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Mopar Bridging the Gap Between Factory and Aftermarket

New Mopar ’14 coming to SEMA Show in November.

by on Oct.14, 2013

Mopar will reveal 20 customized models at the SEMA Show next month -- including the new limited-edition Mopar '14 model.

The “other” Chrysler Group brand will be making a big splash when the annual SEMA Show rolls into Las Vegas next month, Mopar planning to reveal 20 different customized versions of various Chrysler, Dodge, Ram, Fiat and SRT models – and perhaps a unique vehicle of its own, hints MOPAR president Pietro Gorlier.

For years operating in the shadows as little more than the supplier of replacement wipers and wheels, Mopar has begun to emerge as a distinct brand – and profit center — of its own since Chrysler was taken over by Fiat following the U.S. maker’s 2009 bankruptcy.  And observers say that’s no surprise. The automotive aftermarket has become big business, generating at least $30 billion in sales annually, according to the Special Equipment Marketers Association which sponsors the annual Las Vegas show.

Aftermarket News!

Mopar isn’t abandoning its traditional business. If anything, it has expanded its operations as the provider of replacement parts for the combined Chrysler-Fiat alliance. But it is also positioning itself as a powerhouse rival to traditional aftermarket vendors, whether producing parts of its own or sourcing them from outside vendors.

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Ragtop Restorations From the Factory

Karmann USA expands into the Volkswagen aftermarket.

by on Apr.02, 2009

Convertible tops are now highly engineered parts of a vehicle.

Tops are now highly engineered parts of a vehicle.

Since the odd looking Volkswagen Beetle convertible appeared in 1949, more than 200,000 were sold in the United States. Sales of the sleeker Karmann Ghia convertible, starting in 1957, added another 50,000 ragtops to the sales tally. And since some of these classic German bugs are still in the hands of collectors, if not in daily driving service, a subsidiary of their original maker thinks there’s money to be made repairing, restoring or customizing them.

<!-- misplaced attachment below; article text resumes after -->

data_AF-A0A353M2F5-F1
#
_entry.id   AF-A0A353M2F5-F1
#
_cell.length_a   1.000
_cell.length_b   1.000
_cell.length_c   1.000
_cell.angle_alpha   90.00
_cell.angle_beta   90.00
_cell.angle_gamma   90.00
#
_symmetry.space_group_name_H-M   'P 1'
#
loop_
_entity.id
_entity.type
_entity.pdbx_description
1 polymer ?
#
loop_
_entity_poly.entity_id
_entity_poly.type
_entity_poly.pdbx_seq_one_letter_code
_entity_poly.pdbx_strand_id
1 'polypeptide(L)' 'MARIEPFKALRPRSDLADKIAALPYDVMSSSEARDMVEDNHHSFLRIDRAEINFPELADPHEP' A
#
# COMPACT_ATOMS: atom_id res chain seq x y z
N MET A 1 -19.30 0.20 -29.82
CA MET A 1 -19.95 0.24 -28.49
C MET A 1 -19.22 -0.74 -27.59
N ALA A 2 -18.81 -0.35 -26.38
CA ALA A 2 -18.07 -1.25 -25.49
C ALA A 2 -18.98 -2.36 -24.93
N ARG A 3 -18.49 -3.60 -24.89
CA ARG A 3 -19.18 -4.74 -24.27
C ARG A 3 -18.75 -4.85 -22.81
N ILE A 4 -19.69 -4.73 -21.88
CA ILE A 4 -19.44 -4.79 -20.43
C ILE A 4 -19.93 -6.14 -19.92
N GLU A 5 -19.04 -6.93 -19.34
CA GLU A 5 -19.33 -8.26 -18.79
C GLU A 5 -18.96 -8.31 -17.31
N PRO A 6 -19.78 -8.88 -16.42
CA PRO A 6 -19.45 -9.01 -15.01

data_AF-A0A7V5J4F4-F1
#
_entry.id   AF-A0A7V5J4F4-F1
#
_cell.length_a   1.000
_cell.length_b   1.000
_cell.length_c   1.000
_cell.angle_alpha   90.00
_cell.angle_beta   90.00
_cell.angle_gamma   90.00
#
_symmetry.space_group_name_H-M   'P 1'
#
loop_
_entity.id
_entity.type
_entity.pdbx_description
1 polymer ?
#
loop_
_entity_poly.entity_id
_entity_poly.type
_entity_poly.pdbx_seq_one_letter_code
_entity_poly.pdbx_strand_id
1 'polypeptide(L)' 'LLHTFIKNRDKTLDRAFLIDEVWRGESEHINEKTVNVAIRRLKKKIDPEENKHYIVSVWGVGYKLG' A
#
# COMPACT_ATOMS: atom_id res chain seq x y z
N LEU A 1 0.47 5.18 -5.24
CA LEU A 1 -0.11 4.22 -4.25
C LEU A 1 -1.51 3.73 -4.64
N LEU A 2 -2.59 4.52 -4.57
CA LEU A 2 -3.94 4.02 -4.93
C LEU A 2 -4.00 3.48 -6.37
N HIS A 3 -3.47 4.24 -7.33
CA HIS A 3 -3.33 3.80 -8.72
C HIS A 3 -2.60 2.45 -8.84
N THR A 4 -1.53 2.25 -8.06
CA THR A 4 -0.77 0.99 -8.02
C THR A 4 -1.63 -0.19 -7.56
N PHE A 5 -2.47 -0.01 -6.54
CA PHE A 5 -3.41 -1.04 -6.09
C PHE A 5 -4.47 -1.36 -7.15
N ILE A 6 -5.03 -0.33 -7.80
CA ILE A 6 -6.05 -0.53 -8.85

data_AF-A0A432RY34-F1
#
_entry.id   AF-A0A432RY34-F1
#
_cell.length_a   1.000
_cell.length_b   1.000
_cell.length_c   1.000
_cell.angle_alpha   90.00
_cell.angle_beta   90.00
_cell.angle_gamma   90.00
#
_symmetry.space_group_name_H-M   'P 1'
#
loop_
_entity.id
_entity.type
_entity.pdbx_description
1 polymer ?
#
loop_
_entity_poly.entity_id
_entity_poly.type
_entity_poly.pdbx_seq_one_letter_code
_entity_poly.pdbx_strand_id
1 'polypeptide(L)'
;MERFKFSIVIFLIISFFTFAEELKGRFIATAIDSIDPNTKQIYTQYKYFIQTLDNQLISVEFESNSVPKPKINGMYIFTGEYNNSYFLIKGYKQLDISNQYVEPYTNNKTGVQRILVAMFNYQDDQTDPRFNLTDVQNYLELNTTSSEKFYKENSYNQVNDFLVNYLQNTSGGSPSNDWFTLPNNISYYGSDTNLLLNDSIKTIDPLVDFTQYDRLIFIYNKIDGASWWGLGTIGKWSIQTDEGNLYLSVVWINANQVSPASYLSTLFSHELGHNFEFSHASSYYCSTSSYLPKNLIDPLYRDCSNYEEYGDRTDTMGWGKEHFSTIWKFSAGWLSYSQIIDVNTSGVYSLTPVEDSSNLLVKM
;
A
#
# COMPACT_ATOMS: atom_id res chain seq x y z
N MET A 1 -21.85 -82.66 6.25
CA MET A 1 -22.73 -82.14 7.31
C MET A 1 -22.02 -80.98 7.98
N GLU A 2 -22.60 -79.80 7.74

While these kinds of services have long been the province of aftermarket specialty shops and Volkswagen dealers, Karmann Classics in Plymouth, Michigan, will use the cachet of its long standing reputation as one of the largest convertible makers in the world to break into the business.

Click Here to Subscribe“Thinking small,” like one of VW’s early advertising campaigns, the company will solicit customers from a four-state region of the Midwest (Michigan, Illinois, Indiana and Ohio), as well as convertible owners in Ontario, Canada. During its launch phase, Karmann Classics will have the capacity to work on three to four vehicles at a time. The company plans to expand nationwide and eventually will provide restoration services for all convertibles. Karmann Classics is also working with local VW dealerships, to help them handle vehicle restoration.

“As the original manufacturer of the VW Karmann Ghia and VW Beetle convertible, Karmann is uniquely positioned to rebuild convertible roof systems for these vehicles,” says Erik Roeren, president and CEO of Karmann USA. “We believe there will be considerable demand for Karmann Classics’ services.”  (more…)

Repair Charges Much Higher at New Car Dealerships

Costs on average are 34% more compared with independent shops. Significant regional variations exist.

by on Mar.17, 2009

Shop around so you'll be smiling too.

Shop around so you'll be smiling too.

As new car sales languish, dealers are increasing the promotion of repair and collision services to make up for the lost revenue. If you aren’t careful, you could end up paying too much for their services. A new study from the Automotive Aftermarket Industry Association says that consumers paid $11.7 billion too much last year for parts and service.

To arrive at this conclusion AAIA compared the parts and labor costs of 10 vehicle repair jobs for domestic and import brand vehicles in six cities, including Boston, Newark, Atlanta, St. Louis, Los Angeles and Seattle. The study revealed what AIAI called “dramatic differences” in the costs of parts and labor between domestic and import brands, and from city to city. For example, car owners in Los Angeles and Atlanta pay as much as 47% more at dealerships than independent repair shops for repairs; Boston and Seattle repairs at dealerships were only 20% higher.

“In response to repeated requests by congressional leaders studying the merits of the Motor Vehicle Owners’ Right to Repair legislation, AAIA commissioned a study to once and for all provide a comprehensive analysis that validated the contention that it costs consumers more to repair their vehicle at new car dealerships than at independent repair shops,” says Kathleen Schmatz, AAIA president and CEO. AAIA represents more than 100,000 repair shops, parts stores and distributors. (more…)